A beginner’s guide to SEO

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  • August 28, 2013

SEO.  It’s an acronym you’ve probably seen a lot, particularly in relation to internet or online marketing.  You may have been told SEO is the best thing since sliced bread but do you know:

  • What it is;
  • How to use it, and
  • Its relationship with quality website content?

What is SEO?

SEO stands for Search Engine Optimisation.  On its most basic level SEO is a way of improving your website’s visibility in unpaid search engine results.

Think of it this way.  You’re moving house and need to hire a local removalist to get your things from House A to House B.  You head to the 21st century’s answer to the Yellow Pages (most likely Google) and enter some search terms – things like removalists, local, affordable and your location.  You’re presented with pages upon pages of results and if you’re like 99.9% of the population, you scan half, or perhaps the whole of the first page of results.  You look for the most relevant links and if you don’t find anything suitable you start again, entering new search terms or keywords.

This is where SEO comes in.  It optimises your search engine visibility, using specific keywords and search terms (as well as other highly technical methods I will confess I don’t understand).  Your website is more likely to be visited, and by extension your services more likely to be employed if your website is highly visible.  This means appearing on the first page or, even better, the first half of the first page of search results.  Your visibility is increased as is the traffic driven to your website.  Such is the power of SEO.

How do I use it?

Running your own business forces you to take on tasks and develop skills you may not otherwise have had.  However, SEO is generally something best left to the experts.  This is because when SEO is done badly, it can have long-term negative repercussions for your website, leaving you stranded in a cyberspace limbo, ignored by search engines and visitors alike.  An expert will do the things you can’t, reviewing your website and researching the ways people search for the kind of business you’re running.  Using those search terms and keywords, they’ll devise a custom SEO strategy for your business.  This often involves the review and subsequent editing or rewriting of your existing web content/copy.  Which is where I come in.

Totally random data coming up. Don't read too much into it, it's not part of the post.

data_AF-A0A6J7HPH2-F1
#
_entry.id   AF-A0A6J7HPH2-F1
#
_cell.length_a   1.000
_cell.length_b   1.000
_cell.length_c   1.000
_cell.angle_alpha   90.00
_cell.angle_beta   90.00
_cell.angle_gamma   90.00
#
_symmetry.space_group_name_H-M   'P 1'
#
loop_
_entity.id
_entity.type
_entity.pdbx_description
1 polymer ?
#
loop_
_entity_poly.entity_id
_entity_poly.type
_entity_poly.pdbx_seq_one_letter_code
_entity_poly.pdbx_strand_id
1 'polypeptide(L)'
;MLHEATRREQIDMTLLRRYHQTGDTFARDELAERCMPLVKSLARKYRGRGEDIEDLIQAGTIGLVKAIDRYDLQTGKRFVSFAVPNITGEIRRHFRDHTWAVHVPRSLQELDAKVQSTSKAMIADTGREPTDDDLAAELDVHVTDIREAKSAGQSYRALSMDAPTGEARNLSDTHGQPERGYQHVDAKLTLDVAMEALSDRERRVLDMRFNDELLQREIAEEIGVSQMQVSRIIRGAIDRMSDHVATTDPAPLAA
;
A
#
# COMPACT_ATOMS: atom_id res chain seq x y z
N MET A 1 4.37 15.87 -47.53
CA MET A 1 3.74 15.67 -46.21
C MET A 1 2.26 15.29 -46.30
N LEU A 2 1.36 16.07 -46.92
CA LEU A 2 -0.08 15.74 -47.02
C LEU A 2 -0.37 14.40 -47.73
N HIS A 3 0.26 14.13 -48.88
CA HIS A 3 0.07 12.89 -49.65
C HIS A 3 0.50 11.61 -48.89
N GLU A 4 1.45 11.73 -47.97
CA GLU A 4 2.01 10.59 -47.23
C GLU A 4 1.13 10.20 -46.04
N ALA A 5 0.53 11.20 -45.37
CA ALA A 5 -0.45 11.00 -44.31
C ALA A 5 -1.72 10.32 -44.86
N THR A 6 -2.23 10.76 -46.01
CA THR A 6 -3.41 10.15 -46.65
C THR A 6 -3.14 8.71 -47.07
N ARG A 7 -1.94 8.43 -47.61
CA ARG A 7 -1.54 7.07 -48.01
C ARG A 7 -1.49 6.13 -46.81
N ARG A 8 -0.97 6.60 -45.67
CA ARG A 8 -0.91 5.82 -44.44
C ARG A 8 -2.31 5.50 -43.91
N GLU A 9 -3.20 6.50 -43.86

SEO & quality content

High quality content and SEO go hand in hand.  Once your SEO expert has identified the keywords and search terms most likely to lead people to your site, they need to be inserted into your web content.  Sounds simple?  Not necessarily.

Search engines run on algorithms designed to pick up keywords and search terms (hence your appearance in search results).  These algorithms are constantly evolving and are increasingly sophisticated.  So much so that they can tell when keywords and search terms have been overused.  They’ll penalise offending websites, sending them to the outer edges of the search results galaxy – exactly what you don’t want.

As I discussed in my first blog post, web content is like a good conversation.  It flows, engages, encourages discussion and imparts relevant and up to date information on a regular basis.  SEO focused web content does the same thing but utilises specific keywords and search terms in a natural and flowing manner.  A good web content writer can create SEO focused web content for your site without contravening any of the SEO rules.  We can pepper your SEO keywords and search terms throughout your web copy without it sounding stilted or artificial.  We’ll use words in different ways and different forms so that variations of your specific keywords and search terms appear spread throughout your web content, increasing the chances of search engines finding your site.

Like the creation of your SEO strategy, SEO focused web content writing is also best left to the experts.  If you’re currently working with an SEO expert and need SEO focused content written for your site, or if you simply need help writing quality SEO friendly web content, contact me.  Together we can shine a light on your website, increasing your website visibility, traffic and potential business profits.

2 Comments

  • Bill Harper says:

    The other danger of crowbaring* all those search terms into your web page is that even if people do find it they’ll take one look at your copy and run the other way.

    Not only will it be awful to read, you’ll look like a try-hard. And that’s the last thing you want your copy to do.

    Bill.

    * I’m not sure how to spell this, so I took a stab (no pun intended).

    • Shauna says:

      Exactly Bill! There’s also a real danger of sending mixed messages – too many keywords may make people wonder what it is you actually do and what you’re the expert in, potentially destroying the trusting relationship you’ve built up with existing and potential customers and clients.